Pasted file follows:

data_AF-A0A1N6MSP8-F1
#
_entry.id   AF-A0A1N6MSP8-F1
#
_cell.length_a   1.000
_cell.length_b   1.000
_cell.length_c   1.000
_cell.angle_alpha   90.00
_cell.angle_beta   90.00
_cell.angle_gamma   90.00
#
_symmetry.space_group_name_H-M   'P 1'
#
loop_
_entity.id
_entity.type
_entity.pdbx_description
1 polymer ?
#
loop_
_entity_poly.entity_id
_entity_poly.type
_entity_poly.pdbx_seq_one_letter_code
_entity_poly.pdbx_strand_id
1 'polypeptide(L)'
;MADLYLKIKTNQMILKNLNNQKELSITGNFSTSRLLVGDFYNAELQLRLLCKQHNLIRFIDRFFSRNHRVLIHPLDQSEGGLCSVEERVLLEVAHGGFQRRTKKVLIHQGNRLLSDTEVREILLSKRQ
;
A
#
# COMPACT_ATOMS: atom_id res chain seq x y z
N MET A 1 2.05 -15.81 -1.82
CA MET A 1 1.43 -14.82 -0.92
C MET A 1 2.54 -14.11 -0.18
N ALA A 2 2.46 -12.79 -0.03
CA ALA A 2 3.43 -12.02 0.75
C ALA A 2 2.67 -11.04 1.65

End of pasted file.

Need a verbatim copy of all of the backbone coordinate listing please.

data_AF-A0A1N6MSP8-F1
#
_entry.id   AF-A0A1N6MSP8-F1
#
_cell.length_a   1.000
_cell.length_b   1.000
_cell.length_c   1.000
_cell.angle_alpha   90.00
_cell.angle_beta   90.00
_cell.angle_gamma   90.00
#
_symmetry.space_group_name_H-M   'P 1'
#
loop_
_entity.id
_entity.type
_entity.pdbx_description
1 polymer ?
#
loop_
_entity_poly.entity_id
_entity_poly.type
_entity_poly.pdbx_seq_one_letter_code
_entity_poly.pdbx_strand_id
1 'polypeptide(L)'
;MADLYLKIKTNQMILKNLNNQKELSITGNFSTSRLLVGDFYNAELQLRLLCKQHNLIRFIDRFFSRNHRVLIHPLDQSEGGLCSVEERVLLEVAHGGFQRRTKKVLIHQGNRLLSDTEVREILLSKRQ
;
A
#
# COMPACT_ATOMS: atom_id res chain seq x y z
N MET A 1 2.05 -15.81 -1.82
CA MET A 1 1.43 -14.82 -0.92
C MET A 1 2.54 -14.11 -0.18
N ALA A 2 2.46 -12.79 -0.03
CA ALA A 2 3.43 -12.02 0.75
C ALA A 2 2.67 -11.04 1.65